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      Functional interactions between somatodendritic dopamine release, glutamate receptors and brain-derived neurotrophic factor expression in mesencephalic structures of the brain.

      Brain research. Brain research reviews

      Animals, Brain-Derived Neurotrophic Factor, metabolism, Cell Communication, physiology, Dendrites, secretion, Dopamine, Glutamic Acid, Humans, Mesencephalon, Receptors, Dopamine, Receptors, Glutamate, Substantia Nigra, Synaptic Transmission

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          Abstract

          Dopaminergic nigrostriatal neurons may be considered as bipolar functional entities since they are endowed with the ability to synthesize, store and release the transmitter dopamine (DA) at the somatodendritic level in the substantia nigra (SN). Such dendritic DA release seems to be distinct from the transmitter release occurring at the axon terminal and seems to rely preferentially on volume transmission to exert its physiological effects. An increased glutamatergic (Gluergic) transmission into the SN facilitates such dendritic DA release via activation of NMDA-receptors (NMDA-Rs) and to a lesser extent through group II metabotropic glutamate receptors (mGluRs). In addition, nigral mGluRs functionally interact with NMDA-Rs in the SN, further modulating the NMDA-R-mediated increase of DA release from dendrites in the SN. In turn, dendritically released DA may exert, via D1 receptors, a tonic inhibitory control upon nigral glutamate (Glu). Furthermore, released DA, via D2/D3 autoreceptors, produces an autoinhibitory effect upon DA cell firing and its own release process. An increased Gluergic transmission into the SN may also induce, via activation of NMDA-Rs, an augmented expression of different brain-derived neurotrophic factor (BDNF) gene transcripts in this brain area. Pharmacological evidence suggests that non-NMDA-Rs could also participate in the regulation of BDNF gene expression in the SN. Glu-mediated changes of nigral BDNF expression could regulate, in turn, the expression of important transmitter-related proteins in the SN, such as different NMDA-R subunits, mGluRs and DA-D3 receptors. In conclusion, Glu-DA-BDNF interactions in the SN may play an important role in modulating the flow of neuronal information in this brain structure under normal conditions, as well as during adaptive and plastic responses associated with various neurological and psychiatric disorders.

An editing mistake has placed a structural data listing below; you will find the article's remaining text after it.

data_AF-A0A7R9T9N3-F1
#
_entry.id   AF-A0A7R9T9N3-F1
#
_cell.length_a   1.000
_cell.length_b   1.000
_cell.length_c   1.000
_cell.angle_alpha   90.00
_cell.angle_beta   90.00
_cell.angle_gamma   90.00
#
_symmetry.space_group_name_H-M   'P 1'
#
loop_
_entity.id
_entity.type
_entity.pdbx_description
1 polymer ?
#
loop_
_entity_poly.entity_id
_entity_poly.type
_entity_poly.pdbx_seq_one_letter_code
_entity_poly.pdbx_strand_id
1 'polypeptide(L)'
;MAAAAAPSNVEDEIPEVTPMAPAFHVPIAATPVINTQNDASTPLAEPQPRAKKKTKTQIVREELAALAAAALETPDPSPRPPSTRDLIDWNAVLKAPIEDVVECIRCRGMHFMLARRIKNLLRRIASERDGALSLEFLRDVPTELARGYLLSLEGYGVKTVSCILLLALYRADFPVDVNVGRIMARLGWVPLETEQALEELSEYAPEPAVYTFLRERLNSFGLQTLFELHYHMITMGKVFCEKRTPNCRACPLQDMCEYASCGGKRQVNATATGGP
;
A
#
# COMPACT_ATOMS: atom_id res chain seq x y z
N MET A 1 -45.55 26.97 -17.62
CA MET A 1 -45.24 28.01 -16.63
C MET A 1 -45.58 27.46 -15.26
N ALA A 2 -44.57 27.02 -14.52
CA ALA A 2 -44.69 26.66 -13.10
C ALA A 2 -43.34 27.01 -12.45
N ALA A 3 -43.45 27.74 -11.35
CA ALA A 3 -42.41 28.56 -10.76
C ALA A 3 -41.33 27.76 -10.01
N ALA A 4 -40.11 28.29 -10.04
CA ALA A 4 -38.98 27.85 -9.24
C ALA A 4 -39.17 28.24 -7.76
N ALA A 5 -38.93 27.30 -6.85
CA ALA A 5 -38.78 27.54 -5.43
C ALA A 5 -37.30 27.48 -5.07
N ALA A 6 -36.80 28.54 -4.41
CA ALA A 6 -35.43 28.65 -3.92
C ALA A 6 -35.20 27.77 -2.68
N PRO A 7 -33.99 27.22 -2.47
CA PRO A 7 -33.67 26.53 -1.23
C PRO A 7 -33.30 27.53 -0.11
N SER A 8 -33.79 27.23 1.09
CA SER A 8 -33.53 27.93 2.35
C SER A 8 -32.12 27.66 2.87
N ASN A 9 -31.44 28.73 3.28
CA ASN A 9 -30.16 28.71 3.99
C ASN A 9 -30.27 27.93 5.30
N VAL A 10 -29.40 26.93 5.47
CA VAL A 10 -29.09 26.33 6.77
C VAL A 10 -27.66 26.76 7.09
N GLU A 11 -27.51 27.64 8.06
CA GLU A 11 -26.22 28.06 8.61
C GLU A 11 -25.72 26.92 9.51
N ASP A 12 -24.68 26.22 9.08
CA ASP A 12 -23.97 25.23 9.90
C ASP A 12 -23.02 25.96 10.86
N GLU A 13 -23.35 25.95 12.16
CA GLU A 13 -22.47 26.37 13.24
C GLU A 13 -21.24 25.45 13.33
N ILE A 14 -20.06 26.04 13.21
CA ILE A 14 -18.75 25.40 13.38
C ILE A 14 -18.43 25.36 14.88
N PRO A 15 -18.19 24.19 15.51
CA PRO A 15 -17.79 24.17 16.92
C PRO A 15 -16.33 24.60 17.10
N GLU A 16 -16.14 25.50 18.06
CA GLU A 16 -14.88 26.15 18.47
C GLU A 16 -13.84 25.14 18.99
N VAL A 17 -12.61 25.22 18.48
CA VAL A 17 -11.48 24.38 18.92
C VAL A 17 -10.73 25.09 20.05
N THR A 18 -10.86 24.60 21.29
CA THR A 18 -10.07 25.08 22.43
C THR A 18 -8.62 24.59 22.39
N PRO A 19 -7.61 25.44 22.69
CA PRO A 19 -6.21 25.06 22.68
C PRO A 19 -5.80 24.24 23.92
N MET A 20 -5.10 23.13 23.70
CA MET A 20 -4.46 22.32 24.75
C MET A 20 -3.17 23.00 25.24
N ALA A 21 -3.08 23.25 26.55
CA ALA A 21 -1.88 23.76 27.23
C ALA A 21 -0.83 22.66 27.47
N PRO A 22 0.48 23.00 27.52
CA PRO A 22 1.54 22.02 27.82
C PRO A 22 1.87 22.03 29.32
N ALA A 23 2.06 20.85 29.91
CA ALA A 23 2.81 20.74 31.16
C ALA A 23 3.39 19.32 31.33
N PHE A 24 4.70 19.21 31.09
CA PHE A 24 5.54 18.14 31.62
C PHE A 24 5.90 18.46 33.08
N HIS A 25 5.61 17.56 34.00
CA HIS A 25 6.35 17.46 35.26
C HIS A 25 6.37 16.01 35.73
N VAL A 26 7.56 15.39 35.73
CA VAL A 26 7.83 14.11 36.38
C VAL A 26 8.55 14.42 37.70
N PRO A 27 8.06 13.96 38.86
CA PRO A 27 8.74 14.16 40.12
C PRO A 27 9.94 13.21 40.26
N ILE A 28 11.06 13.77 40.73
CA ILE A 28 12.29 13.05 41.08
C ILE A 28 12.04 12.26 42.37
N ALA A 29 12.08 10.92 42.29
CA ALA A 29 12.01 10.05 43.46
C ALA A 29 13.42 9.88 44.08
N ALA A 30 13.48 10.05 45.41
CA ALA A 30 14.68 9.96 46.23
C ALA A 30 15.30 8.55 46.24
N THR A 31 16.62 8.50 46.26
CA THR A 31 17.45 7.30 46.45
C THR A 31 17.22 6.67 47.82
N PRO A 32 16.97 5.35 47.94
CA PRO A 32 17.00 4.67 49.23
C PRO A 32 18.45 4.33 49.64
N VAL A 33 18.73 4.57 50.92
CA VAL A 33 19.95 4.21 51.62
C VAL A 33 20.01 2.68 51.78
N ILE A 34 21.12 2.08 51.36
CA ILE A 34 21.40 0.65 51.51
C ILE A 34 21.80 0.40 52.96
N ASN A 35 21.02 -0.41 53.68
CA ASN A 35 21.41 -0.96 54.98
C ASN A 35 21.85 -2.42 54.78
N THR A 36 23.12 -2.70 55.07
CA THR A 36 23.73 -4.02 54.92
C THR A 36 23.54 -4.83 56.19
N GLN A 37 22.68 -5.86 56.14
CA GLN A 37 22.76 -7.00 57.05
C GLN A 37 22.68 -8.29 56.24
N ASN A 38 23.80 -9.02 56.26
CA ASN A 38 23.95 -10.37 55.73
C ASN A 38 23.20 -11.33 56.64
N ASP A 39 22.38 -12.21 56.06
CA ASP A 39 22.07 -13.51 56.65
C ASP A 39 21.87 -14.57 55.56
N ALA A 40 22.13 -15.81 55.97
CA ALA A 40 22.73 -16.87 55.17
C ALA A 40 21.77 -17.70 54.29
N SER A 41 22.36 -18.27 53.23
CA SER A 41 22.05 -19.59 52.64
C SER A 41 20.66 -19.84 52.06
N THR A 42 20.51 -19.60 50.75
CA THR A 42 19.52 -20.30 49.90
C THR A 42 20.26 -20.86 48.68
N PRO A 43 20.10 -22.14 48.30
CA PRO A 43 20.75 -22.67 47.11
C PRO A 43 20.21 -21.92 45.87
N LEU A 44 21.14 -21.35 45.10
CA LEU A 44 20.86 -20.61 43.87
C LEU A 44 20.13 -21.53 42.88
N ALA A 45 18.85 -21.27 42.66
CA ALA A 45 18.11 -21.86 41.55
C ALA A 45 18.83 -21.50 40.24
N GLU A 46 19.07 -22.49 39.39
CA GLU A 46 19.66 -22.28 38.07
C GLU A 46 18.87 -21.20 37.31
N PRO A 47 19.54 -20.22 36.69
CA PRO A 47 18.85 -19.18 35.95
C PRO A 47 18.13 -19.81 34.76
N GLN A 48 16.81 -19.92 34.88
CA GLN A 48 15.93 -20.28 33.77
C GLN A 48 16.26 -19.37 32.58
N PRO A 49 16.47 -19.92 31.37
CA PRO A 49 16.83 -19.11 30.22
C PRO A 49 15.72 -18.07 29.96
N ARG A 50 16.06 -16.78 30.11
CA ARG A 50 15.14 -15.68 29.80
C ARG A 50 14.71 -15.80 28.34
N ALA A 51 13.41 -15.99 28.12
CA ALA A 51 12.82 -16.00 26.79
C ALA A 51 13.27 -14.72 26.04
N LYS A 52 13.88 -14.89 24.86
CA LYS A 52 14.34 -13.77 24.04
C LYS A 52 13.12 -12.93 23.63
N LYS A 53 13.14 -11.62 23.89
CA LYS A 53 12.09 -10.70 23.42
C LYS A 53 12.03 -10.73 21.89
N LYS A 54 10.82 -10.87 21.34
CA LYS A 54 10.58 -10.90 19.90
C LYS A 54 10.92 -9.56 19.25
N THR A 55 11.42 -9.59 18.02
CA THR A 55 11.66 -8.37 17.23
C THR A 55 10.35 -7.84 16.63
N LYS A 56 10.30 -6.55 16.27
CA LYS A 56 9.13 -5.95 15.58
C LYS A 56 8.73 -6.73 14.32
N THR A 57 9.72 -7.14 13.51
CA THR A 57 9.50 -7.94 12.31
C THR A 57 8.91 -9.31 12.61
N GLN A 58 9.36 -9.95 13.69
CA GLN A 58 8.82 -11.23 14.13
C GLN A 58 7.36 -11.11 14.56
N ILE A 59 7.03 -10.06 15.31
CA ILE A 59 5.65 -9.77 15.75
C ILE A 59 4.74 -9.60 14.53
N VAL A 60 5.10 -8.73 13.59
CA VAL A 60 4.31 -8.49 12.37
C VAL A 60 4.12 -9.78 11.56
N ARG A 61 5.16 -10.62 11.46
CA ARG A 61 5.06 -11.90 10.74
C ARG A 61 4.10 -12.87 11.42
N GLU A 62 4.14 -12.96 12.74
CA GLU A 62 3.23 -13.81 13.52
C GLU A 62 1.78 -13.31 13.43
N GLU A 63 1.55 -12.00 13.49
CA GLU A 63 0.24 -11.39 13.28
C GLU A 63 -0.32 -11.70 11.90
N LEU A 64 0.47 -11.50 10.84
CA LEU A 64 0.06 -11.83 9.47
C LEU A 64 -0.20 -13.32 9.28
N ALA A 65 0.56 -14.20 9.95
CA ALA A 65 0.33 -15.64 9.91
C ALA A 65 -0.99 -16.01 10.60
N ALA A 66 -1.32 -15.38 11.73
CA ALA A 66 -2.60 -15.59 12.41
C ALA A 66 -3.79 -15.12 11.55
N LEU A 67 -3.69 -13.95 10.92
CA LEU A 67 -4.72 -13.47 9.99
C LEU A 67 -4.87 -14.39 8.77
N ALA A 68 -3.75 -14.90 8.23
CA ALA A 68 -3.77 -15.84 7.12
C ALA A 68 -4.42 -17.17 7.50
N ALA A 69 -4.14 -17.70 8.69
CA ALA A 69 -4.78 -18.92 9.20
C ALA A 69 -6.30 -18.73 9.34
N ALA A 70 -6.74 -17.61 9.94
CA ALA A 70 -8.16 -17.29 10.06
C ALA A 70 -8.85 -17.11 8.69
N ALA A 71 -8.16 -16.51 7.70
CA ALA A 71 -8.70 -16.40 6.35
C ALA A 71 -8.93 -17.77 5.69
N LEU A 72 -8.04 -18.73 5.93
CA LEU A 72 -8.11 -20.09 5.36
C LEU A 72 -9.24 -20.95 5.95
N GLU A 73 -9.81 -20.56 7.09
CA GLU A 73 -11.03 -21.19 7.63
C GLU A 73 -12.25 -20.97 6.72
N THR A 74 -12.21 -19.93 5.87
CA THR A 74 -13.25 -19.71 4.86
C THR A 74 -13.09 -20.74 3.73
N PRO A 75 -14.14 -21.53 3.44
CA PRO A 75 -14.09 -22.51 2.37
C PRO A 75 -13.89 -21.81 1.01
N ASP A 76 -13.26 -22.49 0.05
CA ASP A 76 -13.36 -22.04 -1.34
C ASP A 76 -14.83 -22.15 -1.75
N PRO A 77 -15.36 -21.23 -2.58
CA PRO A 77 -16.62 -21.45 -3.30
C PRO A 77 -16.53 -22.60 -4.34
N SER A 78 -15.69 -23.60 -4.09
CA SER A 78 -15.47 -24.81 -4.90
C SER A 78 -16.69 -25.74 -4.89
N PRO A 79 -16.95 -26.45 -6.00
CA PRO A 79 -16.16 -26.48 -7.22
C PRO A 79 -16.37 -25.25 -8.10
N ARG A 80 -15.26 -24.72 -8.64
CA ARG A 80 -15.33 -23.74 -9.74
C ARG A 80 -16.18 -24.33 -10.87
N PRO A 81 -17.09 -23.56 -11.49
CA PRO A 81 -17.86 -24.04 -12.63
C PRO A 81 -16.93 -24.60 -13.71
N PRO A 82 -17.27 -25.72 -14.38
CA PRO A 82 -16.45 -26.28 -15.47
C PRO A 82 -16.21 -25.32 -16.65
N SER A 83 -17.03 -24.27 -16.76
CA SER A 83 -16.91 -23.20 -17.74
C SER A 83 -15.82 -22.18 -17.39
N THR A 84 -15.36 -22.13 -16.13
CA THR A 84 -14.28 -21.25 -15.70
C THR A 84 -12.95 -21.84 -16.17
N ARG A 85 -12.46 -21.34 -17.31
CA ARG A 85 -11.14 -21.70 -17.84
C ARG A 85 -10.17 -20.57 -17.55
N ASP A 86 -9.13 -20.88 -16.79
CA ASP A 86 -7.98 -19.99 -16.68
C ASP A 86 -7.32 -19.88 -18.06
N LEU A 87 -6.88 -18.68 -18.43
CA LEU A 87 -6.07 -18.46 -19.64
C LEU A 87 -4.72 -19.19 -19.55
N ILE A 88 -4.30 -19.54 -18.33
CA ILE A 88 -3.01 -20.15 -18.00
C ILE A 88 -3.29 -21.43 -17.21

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          Journal
          15572168
          10.1016/j.brainresrev.2004.05.002

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